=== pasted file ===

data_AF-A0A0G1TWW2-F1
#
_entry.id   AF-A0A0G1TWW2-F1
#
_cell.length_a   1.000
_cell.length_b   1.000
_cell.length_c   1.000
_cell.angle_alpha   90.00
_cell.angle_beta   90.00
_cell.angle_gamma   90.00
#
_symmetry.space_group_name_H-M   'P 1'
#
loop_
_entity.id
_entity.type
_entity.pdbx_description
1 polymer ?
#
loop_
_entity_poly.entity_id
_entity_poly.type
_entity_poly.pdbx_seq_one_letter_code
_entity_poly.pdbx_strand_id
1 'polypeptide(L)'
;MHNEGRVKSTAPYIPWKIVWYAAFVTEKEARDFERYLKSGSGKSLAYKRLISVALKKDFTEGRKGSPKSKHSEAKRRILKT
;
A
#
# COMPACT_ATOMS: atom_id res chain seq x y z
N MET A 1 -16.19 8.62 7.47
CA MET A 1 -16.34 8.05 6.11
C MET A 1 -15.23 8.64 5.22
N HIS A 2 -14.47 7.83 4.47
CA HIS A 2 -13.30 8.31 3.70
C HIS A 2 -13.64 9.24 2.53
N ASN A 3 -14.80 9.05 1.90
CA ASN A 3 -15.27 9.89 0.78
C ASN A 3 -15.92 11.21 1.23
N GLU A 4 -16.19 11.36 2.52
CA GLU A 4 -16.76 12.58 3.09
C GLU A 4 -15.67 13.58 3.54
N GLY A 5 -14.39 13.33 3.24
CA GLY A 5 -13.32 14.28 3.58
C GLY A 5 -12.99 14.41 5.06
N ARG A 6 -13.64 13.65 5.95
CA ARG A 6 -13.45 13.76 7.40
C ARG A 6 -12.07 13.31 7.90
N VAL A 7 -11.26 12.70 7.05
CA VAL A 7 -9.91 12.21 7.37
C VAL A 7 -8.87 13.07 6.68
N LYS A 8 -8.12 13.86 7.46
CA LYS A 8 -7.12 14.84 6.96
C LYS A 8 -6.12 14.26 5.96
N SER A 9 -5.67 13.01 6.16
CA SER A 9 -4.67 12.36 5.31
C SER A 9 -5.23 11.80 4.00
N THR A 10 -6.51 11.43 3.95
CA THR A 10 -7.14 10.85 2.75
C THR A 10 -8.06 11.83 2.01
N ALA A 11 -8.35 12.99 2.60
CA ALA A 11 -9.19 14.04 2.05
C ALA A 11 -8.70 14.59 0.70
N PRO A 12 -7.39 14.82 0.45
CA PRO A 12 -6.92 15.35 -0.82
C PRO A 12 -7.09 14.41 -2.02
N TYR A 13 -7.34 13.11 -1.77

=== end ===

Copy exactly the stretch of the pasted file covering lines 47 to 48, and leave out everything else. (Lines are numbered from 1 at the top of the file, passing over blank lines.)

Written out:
CA ARG A 6 -13.45 13.76 7.40
C ARG A 6 -12.07 13.31 7.90